OUR SECOND OLDEST NATIONAL PARK – and the most beautiful?

Russell Falls started it all.

19th century interest in Russell Falls started it all.

Australia’s oldest national park is the Royal National Park south of Sydney. Mt Field wasn’t far behind.

It was declared a nature reserve in 1885 and became a national park in 1916. It also has a dubious distinction as the place the last known Tasmanian tiger, or thylacine, was captured in 1933; they’ve changed the rules about taking nearly extinct species out of national parks since then.

Now it is one of Tasmania’s most popular parks, partly because it is only 64km from Hobart, and partly because it contains some of the most beautiful and varied terrain in the state, the country or indeed on the planet. We were happy to join the day-trippers on a short walk to the gorgeous Russell Falls – carrying the camera of course.

The track leads through a stand of massive swamp gums, some of the largest and oldest  trees in Australia.

The track leads through a stand of massive swamp gums, some of the largest and oldest trees in Australia.

The fallen trunks are covered with moss and fungi.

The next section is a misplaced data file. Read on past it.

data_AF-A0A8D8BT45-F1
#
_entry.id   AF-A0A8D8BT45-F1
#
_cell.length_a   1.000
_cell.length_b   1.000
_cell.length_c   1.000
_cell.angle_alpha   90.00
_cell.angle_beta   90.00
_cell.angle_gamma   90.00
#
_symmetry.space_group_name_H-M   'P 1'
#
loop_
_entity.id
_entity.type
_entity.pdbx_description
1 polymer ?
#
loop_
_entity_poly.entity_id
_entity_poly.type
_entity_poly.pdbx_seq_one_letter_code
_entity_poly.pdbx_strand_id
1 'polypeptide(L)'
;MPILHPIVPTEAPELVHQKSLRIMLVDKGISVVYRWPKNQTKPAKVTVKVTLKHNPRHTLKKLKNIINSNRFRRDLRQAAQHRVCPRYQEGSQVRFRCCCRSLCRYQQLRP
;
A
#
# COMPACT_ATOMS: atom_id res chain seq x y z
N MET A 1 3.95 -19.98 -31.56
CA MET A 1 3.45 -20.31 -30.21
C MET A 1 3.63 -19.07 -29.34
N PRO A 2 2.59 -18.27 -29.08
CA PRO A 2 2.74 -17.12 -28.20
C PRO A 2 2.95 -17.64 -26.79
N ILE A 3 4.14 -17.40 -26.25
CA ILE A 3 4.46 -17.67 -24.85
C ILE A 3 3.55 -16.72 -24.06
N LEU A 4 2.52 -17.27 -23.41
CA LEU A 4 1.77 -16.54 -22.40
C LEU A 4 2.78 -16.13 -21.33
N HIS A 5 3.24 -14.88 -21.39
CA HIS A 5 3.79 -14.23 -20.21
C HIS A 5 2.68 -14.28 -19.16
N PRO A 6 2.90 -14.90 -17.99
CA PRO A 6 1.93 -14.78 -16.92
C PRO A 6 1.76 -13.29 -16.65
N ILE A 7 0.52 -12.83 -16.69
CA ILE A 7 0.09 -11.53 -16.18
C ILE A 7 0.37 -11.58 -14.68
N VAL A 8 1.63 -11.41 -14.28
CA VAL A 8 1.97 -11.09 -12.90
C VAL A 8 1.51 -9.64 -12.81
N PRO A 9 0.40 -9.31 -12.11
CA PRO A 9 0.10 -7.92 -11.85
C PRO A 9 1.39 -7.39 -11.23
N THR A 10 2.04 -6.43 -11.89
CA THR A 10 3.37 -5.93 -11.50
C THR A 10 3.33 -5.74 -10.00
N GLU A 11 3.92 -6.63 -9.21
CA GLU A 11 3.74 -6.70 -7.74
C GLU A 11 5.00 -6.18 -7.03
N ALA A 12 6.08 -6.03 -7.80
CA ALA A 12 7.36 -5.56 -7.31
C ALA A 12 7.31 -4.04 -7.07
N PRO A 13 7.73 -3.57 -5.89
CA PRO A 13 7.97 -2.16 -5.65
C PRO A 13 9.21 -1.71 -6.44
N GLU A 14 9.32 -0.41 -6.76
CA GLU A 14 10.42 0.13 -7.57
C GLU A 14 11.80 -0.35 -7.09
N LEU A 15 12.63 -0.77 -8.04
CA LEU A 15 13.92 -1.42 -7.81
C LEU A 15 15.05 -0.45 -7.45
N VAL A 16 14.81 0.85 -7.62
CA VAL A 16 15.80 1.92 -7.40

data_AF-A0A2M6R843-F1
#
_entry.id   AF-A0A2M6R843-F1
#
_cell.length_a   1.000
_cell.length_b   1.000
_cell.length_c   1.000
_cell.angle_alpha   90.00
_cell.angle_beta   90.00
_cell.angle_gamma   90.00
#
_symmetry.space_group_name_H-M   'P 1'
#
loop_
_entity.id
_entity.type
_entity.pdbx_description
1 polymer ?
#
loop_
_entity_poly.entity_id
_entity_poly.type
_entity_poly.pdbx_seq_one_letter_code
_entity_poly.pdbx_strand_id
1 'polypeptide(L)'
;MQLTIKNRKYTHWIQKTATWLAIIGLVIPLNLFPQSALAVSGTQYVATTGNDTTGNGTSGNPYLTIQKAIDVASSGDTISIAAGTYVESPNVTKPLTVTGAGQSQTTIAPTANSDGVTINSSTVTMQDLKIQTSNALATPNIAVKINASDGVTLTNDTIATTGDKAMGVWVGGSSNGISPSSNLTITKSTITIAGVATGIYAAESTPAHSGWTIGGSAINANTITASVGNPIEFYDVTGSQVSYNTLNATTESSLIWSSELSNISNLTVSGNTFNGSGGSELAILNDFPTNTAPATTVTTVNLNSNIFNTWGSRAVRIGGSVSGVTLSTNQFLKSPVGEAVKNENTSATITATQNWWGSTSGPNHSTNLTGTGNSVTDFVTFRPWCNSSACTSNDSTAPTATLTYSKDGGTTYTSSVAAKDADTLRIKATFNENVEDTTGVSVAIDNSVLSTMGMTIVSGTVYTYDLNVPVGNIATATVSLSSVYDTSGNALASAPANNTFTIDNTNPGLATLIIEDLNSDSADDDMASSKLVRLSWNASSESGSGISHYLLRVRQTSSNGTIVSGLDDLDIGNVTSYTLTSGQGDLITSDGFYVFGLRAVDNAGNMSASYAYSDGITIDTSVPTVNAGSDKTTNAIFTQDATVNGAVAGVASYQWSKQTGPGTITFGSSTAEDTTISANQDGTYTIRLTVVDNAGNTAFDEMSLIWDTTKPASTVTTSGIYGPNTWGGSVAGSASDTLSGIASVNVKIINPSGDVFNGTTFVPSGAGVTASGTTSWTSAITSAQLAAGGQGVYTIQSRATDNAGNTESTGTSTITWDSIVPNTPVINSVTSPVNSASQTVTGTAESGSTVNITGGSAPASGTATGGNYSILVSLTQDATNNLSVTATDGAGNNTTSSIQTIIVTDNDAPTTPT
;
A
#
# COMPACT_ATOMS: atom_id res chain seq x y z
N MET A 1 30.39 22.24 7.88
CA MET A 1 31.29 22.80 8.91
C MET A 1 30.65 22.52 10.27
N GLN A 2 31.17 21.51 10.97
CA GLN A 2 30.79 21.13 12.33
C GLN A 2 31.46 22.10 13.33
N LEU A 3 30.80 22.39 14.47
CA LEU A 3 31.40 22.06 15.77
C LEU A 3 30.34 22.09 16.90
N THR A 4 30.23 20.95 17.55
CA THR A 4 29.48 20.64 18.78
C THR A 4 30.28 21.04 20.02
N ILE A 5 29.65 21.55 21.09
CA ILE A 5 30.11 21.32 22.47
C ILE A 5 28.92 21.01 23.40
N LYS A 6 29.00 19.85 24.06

The fallen trunks are covered with moss and fungi.

The creeks are small, not promising any great surge of water over the falls.

The creeks are small, not promising any great surge of water over the falls.

It's the spread of water and the foliage around it that makes them so attractive.

It’s the spread of water and the foliage around it that makes them so attractive.

I was able to put my recent waterfall shooting lesson into practice, using the timer to slow the shutter speed and create the ‘soft water’ effect.

Russell Falls in detail.

Russell Falls in detail.

The writer was the guest of Tourism Tasmania.

5 Comments

Filed under Hiking, travel photography, Travel-Australia

5 responses to “OUR SECOND OLDEST NATIONAL PARK – and the most beautiful?

  1. Angela Highstead

    Fungi – magical. Richard do you have a 10x magnifying eyeglass? I’ve looked at lichen with the naked eye, just looking brown and dead, however ‘through the looking glass’ covered in tiny blue flowers-magical too.

  2. 100wordstowanderlust

    What stunning photos!

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